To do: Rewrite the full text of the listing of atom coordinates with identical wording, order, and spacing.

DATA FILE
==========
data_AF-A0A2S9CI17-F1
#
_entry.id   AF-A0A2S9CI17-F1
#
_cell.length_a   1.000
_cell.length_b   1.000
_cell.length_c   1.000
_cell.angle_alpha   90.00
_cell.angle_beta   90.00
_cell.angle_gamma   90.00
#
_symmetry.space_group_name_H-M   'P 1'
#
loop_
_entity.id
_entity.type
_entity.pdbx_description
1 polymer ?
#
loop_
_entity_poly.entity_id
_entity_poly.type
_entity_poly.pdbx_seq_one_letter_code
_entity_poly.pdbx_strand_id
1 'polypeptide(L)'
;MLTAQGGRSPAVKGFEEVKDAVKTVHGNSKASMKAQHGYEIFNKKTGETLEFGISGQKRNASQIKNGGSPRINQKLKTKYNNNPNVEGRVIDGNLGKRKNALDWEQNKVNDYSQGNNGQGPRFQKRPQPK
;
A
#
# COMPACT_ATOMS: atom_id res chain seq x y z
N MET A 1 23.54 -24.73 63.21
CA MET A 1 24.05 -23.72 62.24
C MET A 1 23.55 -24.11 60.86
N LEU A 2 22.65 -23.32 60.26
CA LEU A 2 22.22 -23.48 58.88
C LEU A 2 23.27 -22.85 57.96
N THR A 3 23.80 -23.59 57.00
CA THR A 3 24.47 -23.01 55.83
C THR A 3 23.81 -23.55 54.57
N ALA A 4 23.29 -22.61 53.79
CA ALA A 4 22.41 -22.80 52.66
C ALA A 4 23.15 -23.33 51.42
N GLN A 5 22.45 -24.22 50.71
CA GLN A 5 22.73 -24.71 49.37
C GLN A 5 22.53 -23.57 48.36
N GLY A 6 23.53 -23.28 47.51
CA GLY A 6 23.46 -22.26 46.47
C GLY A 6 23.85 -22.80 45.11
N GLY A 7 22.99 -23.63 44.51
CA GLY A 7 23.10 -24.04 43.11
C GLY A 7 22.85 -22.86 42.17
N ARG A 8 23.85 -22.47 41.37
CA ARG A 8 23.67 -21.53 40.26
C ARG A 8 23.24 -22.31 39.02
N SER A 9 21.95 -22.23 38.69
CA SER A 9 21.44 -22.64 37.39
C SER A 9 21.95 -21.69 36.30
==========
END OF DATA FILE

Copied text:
data_AF-A0A2S9CI17-F1
#
_entry.id   AF-A0A2S9CI17-F1
#
_cell.length_a   1.000
_cell.length_b   1.000
_cell.length_c   1.000
_cell.angle_alpha   90.00
_cell.angle_beta   90.00
_cell.angle_gamma   90.00
#
_symmetry.space_group_name_H-M   'P 1'
#
loop_
_entity.id
_entity.type
_entity.pdbx_description
1 polymer ?
#
loop_
_entity_poly.entity_id
_entity_poly.type
_entity_poly.pdbx_seq_one_letter_code
_entity_poly.pdbx_strand_id
1 'polypeptide(L)'
;MLTAQGGRSPAVKGFEEVKDAVKTVHGNSKASMKAQHGYEIFNKKTGETLEFGISGQKRNASQIKNGGSPRINQKLKTKYNNNPNVEGRVIDGNLGKRKNALDWEQNKVNDYSQGNNGQGPRFQKRPQPK
;
A
#
# COMPACT_ATOMS: atom_id res chain seq x y z
N MET A 1 23.54 -24.73 63.21
CA MET A 1 24.05 -23.72 62.24
C MET A 1 23.55 -24.11 60.86
N LEU A 2 22.65 -23.32 60.26
CA LEU A 2 22.22 -23.48 58.88
C LEU A 2 23.27 -22.85 57.96
N THR A 3 23.80 -23.59 57.00
CA THR A 3 24.47 -23.01 55.83
C THR A 3 23.81 -23.55 54.57
N ALA A 4 23.29 -22.61 53.79
CA ALA A 4 22.41 -22.80 52.66
C ALA A 4 23.15 -23.33 51.42
N GLN A 5 22.45 -24.22 50.71
CA GLN A 5 22.73 -24.71 49.37
C GLN A 5 22.53 -23.57 48.36
N GLY A 6 23.53 -23.28 47.51
CA GLY A 6 23.46 -22.26 46.47
C GLY A 6 23.85 -22.80 45.11
N GLY A 7 22.99 -23.63 44.51
CA GLY A 7 23.10 -24.04 43.11
C GLY A 7 22.85 -22.86 42.17
N ARG A 8 23.85 -22.47 41.37
CA ARG A 8 23.67 -21.53 40.26
C ARG A 8 23.24 -22.31 39.02
N SER A 9 21.95 -22.23 38.69
CA SER A 9 21.44 -22.64 37.39
C SER A 9 21.95 -21.69 36.30